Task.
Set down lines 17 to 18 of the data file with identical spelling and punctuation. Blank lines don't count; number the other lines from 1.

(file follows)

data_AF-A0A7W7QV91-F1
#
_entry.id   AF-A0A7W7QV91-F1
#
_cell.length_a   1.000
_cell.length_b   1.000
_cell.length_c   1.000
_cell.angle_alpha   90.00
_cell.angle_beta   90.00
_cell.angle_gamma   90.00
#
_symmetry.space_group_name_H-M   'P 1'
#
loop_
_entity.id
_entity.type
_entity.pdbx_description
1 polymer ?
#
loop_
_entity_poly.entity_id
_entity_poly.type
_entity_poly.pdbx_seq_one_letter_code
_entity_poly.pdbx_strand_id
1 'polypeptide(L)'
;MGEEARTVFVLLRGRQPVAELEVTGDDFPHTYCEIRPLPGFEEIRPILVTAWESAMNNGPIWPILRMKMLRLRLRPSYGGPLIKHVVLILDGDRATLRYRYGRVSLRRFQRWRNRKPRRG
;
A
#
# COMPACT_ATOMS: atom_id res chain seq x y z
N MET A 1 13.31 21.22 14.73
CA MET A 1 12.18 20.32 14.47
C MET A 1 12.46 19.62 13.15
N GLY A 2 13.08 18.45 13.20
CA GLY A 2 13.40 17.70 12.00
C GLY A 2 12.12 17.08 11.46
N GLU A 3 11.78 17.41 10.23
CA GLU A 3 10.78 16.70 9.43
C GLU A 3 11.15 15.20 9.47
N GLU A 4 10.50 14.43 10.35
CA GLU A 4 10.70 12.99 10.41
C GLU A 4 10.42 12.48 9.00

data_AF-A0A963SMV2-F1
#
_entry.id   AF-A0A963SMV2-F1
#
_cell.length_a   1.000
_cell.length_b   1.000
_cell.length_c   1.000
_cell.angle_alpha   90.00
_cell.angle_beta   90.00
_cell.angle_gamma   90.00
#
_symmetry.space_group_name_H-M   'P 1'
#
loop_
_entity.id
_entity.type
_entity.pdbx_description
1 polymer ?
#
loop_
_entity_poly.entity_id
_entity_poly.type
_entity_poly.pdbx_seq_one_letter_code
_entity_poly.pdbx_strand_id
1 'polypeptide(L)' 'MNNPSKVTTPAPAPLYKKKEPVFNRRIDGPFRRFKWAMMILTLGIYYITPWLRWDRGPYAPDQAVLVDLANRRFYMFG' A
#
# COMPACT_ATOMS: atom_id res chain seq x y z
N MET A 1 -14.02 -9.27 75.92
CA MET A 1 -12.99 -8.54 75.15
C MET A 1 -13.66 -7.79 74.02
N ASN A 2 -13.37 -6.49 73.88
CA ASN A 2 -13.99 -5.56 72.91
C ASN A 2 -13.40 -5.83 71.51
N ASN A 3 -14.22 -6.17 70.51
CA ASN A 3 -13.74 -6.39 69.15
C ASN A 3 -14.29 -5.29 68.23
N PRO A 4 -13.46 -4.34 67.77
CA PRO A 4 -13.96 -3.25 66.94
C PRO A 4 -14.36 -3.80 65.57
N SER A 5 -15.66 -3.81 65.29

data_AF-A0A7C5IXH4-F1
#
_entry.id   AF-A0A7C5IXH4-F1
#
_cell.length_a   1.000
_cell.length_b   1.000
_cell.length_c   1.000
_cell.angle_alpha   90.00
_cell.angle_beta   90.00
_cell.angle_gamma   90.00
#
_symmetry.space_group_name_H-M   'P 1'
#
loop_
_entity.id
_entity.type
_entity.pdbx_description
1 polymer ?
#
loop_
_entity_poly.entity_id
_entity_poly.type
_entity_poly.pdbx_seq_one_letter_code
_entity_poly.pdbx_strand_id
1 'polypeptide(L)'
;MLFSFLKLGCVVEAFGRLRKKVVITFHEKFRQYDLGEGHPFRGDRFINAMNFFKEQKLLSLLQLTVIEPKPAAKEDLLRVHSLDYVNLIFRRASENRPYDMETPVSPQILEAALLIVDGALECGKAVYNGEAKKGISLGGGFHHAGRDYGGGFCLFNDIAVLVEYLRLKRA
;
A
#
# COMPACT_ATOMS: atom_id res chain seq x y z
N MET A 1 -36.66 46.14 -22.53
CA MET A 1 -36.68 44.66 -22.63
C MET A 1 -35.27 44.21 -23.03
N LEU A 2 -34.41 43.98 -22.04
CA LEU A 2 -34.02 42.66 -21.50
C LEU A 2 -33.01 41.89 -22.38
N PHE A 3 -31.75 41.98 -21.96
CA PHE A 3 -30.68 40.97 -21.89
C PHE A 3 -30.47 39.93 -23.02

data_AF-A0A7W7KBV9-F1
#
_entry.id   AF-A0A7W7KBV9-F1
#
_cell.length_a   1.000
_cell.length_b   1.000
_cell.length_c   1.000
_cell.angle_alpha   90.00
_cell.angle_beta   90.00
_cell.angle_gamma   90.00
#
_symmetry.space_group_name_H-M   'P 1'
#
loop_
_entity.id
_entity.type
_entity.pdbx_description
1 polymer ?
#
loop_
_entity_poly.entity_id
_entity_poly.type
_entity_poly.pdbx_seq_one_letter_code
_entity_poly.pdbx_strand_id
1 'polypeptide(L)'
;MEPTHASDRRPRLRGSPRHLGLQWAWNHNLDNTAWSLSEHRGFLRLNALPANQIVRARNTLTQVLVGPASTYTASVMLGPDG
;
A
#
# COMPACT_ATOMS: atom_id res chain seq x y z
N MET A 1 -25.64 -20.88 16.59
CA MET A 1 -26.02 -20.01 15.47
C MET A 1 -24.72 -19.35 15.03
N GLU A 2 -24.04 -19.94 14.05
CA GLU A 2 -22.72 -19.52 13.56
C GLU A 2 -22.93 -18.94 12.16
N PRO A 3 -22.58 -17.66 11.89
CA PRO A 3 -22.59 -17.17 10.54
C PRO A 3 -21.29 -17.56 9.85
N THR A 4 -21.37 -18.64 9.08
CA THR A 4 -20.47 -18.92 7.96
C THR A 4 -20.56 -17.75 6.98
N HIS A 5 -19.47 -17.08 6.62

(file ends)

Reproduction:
_entity.pdbx_description
1 polymer ?